Milledgeville – Beautiful Old Homes – Part 1

Milledgeville – Baldwin County – There are so many great homes in Milledgeville, this will be two posts.  Milledgeville served as the state capital of Georgia from 1804 until 1868, when Atlanta became the capital.  Lots to look at in Georgia’s antebellum capital!

There’s a distinct style of home that Milledgeville is known for, called Milledgeville-Federal style.  You’ll notice the similarities in some of the homes we are looking at today.

Dr. Charles Paine House, c 1820

The Brown-Stetson-Sanford House below has been moved from another nearby street.  It served as the U.S. Hotel when first built, and by the 1950s it became the well known Sanford House Tea Room.

Brown-Stetson-Sanford House, c 1825

Milledgeville is unusual in that it started out as a planned capital city.  The Old State Capitol Building below was started in 1805, and then expanded in the 1820s and 1830s.

Old State Capitol in Milledgeville (from New Ga Encyclopedia)

Milledgeville was the fourth capital of Georgia – after Savannah, Augusta, and Louisville…

The Old Governor’s Mansion below is considered one of the finest examples of High Greek Revival architecture.  This is the original color of the mansion.  It’s open for tours, and if you’re in the area – it’s worth stopping in and looking around this showplace!  Huge place -and designed to impress.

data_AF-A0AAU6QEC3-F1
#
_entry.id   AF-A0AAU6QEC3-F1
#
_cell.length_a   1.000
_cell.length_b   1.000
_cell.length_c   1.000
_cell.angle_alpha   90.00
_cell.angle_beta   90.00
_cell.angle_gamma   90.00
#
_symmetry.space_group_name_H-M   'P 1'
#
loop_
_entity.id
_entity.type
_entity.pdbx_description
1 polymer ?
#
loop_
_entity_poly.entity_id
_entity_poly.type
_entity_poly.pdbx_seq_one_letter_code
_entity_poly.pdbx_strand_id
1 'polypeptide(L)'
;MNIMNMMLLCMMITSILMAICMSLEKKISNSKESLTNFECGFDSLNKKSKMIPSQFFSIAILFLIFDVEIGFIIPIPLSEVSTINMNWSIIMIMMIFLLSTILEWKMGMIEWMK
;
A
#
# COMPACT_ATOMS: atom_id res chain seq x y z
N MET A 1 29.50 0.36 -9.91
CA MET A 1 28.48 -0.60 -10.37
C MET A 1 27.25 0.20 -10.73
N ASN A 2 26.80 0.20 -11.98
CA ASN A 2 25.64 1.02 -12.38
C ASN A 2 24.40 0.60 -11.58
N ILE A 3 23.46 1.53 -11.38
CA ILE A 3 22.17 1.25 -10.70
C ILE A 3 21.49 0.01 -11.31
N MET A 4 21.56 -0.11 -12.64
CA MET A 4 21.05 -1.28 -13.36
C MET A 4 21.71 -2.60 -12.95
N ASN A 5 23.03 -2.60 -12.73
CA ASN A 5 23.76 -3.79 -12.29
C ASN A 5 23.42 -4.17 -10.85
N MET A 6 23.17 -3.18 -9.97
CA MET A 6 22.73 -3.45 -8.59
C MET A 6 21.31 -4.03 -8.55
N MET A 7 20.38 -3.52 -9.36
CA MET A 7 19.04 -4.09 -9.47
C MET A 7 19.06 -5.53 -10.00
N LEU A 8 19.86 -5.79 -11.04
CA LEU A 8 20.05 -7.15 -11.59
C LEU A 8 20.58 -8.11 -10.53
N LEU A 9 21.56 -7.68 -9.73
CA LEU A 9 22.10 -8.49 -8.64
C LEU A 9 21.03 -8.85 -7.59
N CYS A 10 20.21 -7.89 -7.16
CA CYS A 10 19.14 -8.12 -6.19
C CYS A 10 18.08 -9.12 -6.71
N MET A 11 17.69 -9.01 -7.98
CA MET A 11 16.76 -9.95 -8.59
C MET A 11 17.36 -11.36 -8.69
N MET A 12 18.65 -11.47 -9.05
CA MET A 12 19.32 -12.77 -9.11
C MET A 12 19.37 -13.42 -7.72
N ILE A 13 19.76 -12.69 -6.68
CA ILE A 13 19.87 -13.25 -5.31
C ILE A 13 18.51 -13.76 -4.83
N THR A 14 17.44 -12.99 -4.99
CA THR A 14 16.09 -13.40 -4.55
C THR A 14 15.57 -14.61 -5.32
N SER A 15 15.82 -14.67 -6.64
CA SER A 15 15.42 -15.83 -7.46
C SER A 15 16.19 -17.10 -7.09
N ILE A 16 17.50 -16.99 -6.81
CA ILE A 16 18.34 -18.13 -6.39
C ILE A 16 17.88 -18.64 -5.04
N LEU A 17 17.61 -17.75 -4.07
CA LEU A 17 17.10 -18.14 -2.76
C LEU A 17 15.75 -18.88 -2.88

Old Governor’s Mansion, built 1836 until 1838 or 1839. Open for tours!
Side view of Old Governors Mansion

10 Governors lived in the mansion, but when the capital moved to Atlanta, the mansion fell into disrepair. It later became the centerpiece of president’s house of Georgia College.

1880 photograph, from State of Ga – Vanishing Georgia archives

Milledgeville considered itself “all grown up” when the Marquis de Lafayette stopped and visited here during 1825.  It was a big deal for the nearly 20 year old state capital to host such a distinguished visitor.

The Jordan-Calloway House below was originally built c 1820.  The Marquis de Lafayette is said to have reviewed the troops from the second floor balcony when visiting the capital.  The house was later given Victorian touches in the late 1800s.

Jordan-Calloway House

Famous author Flannery O’Connor hailed from these parts, and her family home is right in town.  She lived there for several years right after college.  Her farm, Andalusia, is outside of town and available for tours.  Ran out of time this visit, but can’t wait to see Andalusia.

The family home below has quite a history outside of it’s famous author.  Before the Governor’s mansion was completed in 1839, it was rented out to be the Governor’s residence.  I read somewhere there was a fire in the late 1800s and thus the house was remodeled as a result.

Gordon-Cline-O’Connor House, circa 1820 (with later alterations)

Below is a circa 1825 home known locally as “13 Columns” – it’s said the 13 columns represent the original 13 colonies.  Couldn’t find a good angle on this one, sorry about the red light, crosswalk sign, telephone pole etc.  Look at the huge windows on the first floor.

13 Columns

Thanks so much for taking the trip to Milledgeville today!  Appreciate you reading the blog!